Many of the artists behind the most influential and inventive vaporwave releases have moved on to bigger and quite often better things. Saint Pepsi has morphed into the revivalist pop of Skylar Spence, Ramona Xavier is exploring her full capabilities as a producer with Vektroid, and Telepath and HKE, known collectively as 2814, are ditching the sample-upon-sample framework that came before them. In light of all this, it’s surprising, then, that the scene is still going strong, despite the abandonment of its founders.

Beer on the Rug, one of the labels responsible for some of the biggest and most famous vaporwave releases, has recently shifted their focuses to a more experimental sound. Releasing projects that lean more towards darkwave, ambient, and leftfield beat music, the label has sought to evolve. Dream Catalogue is another one of the premier labels that remains innovative—they operate primarily through Bandcamp.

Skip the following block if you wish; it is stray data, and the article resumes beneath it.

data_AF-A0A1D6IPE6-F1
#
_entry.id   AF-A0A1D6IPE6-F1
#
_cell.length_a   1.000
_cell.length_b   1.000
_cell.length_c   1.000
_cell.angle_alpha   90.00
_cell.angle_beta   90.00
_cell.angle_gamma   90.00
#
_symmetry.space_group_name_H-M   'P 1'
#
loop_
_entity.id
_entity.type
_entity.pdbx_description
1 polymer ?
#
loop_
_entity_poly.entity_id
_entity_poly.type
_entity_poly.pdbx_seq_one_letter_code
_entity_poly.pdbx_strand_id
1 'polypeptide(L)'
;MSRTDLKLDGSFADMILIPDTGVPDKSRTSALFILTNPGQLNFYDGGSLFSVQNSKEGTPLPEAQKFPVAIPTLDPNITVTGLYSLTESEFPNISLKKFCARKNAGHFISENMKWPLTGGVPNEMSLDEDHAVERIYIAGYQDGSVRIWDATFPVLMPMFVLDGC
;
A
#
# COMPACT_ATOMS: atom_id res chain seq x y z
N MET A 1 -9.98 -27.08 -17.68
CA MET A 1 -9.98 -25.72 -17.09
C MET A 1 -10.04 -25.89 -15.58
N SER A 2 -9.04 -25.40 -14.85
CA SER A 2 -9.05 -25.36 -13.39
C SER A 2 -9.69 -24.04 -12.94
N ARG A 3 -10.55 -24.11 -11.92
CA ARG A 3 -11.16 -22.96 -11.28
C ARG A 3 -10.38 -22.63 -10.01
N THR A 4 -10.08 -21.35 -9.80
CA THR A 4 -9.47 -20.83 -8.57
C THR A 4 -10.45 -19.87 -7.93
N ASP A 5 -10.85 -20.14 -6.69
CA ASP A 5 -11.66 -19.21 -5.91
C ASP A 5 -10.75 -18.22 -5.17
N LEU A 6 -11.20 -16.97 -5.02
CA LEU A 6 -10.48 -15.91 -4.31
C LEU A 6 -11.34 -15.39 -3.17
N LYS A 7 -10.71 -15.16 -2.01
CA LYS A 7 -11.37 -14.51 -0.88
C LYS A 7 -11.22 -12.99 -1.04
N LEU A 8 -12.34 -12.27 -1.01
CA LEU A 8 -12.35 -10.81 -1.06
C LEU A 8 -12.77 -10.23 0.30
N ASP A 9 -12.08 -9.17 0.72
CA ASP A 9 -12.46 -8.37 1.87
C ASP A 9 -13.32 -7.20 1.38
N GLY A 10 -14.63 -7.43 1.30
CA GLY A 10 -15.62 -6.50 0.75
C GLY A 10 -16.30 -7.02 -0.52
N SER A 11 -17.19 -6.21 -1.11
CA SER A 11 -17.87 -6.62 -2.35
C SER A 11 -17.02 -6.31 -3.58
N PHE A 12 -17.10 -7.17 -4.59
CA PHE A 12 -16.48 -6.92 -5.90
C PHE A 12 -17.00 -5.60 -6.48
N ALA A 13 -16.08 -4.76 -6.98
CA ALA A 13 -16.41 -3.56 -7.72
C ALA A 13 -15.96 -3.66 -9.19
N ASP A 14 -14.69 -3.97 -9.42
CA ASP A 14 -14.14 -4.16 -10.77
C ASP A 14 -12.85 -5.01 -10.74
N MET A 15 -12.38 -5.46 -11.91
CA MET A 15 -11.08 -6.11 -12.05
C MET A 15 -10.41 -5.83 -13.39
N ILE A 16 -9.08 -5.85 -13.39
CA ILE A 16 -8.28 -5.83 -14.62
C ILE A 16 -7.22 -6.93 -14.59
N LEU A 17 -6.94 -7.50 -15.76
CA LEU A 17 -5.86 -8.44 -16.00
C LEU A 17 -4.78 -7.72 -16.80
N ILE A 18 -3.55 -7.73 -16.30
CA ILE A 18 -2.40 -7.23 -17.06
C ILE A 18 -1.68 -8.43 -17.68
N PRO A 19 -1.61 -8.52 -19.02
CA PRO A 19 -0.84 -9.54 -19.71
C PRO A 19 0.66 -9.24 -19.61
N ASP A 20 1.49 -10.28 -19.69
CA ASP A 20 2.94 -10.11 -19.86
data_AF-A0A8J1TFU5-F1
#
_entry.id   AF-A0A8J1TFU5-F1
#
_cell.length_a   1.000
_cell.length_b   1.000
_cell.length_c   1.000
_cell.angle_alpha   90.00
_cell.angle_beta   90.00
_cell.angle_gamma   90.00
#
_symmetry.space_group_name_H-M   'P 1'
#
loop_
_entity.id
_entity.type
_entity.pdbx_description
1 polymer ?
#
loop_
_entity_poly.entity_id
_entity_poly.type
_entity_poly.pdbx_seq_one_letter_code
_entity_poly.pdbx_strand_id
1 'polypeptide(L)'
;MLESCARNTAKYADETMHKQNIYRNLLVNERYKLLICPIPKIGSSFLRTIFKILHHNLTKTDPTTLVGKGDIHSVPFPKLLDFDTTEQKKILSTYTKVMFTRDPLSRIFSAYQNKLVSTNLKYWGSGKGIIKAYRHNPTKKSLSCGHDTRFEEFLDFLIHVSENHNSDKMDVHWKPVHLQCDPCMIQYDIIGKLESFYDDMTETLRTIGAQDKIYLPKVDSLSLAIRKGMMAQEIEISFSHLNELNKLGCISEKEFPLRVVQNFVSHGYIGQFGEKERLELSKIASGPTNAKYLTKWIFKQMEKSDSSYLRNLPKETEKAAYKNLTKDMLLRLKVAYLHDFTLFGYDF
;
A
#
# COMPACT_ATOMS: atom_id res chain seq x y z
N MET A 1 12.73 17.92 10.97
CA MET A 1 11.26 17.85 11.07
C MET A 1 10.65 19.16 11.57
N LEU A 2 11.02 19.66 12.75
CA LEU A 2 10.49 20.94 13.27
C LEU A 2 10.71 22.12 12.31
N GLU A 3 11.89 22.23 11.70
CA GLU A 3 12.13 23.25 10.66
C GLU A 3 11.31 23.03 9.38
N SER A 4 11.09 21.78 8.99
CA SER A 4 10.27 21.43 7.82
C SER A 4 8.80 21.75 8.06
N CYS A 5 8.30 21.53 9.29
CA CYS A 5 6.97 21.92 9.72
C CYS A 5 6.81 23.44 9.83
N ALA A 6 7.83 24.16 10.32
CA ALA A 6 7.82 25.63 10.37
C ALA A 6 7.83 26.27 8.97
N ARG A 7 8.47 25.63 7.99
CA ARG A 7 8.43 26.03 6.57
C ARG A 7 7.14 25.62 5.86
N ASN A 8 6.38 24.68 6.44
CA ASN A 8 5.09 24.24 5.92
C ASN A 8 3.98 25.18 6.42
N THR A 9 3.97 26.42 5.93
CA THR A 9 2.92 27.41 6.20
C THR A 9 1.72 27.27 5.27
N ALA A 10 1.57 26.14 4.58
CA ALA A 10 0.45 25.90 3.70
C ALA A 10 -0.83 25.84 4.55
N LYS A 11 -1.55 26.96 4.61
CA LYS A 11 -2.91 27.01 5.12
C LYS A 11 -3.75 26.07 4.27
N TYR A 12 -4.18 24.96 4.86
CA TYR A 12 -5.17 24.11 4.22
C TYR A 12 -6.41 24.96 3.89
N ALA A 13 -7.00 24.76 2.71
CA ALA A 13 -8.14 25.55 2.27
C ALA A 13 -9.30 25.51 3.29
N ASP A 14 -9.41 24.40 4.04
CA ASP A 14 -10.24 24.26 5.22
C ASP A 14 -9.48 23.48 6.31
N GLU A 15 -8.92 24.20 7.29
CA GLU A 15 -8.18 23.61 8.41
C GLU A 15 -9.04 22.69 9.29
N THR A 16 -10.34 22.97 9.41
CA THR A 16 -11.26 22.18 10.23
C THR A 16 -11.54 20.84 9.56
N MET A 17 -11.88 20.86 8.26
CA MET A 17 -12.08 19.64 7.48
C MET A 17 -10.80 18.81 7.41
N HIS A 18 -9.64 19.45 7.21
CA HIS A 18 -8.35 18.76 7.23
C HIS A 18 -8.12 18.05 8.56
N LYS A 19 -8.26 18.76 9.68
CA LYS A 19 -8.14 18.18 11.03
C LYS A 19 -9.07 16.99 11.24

With trends such as Simpsonswave—a meme that pairs more accessible vapor-like music with digitally manipulated footage from The Simpsons—gaining a lot of attention long after vaporwave’s heyday, why is it that people are ignoring what made vaporwave so exciting to begin with? Vaporwave, a scene that repurposed the remnants of the past and borrowed from hauntology à la Boards of Canada, has become a repurposed corpse itself. Abandoning the punk ethos and frequent conceptual leanings in favor of comedic “AESTHETIC” videos shared on YouTube and Facebook, vaporwave has finally reached either its logical conclusion or full maturity by becoming exactly what it shouldn’t.